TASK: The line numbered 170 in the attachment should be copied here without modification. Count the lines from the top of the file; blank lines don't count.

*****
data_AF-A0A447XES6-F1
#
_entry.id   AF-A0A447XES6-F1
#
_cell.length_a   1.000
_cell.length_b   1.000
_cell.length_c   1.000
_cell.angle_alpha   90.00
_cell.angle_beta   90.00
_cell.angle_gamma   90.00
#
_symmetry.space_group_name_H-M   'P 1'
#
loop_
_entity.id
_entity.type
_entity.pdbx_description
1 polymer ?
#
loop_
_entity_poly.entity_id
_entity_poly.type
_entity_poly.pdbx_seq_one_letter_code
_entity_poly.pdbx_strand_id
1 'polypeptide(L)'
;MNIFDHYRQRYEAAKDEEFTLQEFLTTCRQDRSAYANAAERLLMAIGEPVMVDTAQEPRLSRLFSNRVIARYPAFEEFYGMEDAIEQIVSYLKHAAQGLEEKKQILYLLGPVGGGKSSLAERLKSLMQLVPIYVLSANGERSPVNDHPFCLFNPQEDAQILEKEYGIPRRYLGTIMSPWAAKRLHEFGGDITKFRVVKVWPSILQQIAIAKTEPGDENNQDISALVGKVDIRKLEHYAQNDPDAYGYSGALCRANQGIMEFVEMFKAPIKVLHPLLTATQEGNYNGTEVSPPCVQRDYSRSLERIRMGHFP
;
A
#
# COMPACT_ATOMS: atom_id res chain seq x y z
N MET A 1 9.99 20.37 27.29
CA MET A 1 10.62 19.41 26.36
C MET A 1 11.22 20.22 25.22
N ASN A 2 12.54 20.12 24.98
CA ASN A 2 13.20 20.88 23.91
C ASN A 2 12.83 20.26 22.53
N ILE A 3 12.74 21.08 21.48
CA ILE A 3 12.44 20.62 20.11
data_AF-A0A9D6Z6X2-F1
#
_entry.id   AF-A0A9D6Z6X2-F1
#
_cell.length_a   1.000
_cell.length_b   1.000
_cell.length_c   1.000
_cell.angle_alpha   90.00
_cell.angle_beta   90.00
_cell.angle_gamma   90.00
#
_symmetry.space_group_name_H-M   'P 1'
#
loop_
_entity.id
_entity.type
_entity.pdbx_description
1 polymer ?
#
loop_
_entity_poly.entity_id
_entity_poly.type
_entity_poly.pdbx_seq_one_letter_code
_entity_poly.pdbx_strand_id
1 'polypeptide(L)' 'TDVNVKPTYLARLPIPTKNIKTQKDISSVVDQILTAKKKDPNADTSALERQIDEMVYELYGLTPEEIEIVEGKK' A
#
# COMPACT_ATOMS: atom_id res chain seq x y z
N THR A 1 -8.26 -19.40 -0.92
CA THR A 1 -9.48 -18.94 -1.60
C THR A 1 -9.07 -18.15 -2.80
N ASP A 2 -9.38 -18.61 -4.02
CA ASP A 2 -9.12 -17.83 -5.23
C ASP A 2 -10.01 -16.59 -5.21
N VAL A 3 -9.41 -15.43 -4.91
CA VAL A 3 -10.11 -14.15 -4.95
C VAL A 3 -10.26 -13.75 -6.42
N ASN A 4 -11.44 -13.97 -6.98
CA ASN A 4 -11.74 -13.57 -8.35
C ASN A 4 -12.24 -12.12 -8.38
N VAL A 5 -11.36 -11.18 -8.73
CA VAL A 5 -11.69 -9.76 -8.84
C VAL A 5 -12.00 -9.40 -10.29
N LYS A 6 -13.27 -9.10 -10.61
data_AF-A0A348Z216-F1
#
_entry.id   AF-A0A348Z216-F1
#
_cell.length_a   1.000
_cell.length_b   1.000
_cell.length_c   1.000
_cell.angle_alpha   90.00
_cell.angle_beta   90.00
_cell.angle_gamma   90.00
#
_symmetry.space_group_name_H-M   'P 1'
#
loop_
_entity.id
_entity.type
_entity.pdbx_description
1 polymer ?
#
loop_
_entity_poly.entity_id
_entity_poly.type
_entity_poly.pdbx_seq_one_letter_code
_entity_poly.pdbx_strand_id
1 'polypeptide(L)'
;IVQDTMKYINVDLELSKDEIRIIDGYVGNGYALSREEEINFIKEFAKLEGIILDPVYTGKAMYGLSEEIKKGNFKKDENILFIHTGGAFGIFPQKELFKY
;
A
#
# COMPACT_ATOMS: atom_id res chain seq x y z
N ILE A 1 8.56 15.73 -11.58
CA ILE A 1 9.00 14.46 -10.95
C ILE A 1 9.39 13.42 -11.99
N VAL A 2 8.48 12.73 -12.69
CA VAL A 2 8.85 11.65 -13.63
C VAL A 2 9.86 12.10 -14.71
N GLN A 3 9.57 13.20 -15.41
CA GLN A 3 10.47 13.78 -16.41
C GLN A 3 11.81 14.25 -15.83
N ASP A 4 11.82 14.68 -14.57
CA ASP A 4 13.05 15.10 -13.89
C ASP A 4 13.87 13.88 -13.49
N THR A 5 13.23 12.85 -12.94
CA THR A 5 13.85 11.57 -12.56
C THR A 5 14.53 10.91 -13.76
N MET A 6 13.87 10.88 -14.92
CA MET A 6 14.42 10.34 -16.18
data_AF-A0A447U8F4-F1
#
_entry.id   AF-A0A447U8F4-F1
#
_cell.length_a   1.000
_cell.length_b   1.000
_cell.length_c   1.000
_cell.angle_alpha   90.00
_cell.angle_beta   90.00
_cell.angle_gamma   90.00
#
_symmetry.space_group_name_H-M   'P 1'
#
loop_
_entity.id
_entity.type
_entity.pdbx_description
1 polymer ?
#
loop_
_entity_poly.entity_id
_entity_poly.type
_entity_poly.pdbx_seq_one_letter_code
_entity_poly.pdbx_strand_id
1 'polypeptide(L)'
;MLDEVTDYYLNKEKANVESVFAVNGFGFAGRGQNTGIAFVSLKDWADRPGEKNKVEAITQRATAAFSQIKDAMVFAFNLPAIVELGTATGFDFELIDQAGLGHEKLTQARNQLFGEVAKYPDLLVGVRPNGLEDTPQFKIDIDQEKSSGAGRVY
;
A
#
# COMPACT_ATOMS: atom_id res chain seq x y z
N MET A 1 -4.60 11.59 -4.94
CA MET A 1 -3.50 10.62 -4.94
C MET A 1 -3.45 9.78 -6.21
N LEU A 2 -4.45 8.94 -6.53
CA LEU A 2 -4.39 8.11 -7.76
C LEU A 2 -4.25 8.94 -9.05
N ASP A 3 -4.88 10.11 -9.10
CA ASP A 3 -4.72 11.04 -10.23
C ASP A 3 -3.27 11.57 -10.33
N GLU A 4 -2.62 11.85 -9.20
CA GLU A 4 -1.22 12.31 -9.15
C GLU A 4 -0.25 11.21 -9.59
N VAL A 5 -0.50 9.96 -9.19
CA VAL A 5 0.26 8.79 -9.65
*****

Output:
C GLU A 4 -0.25 11.21 -9.59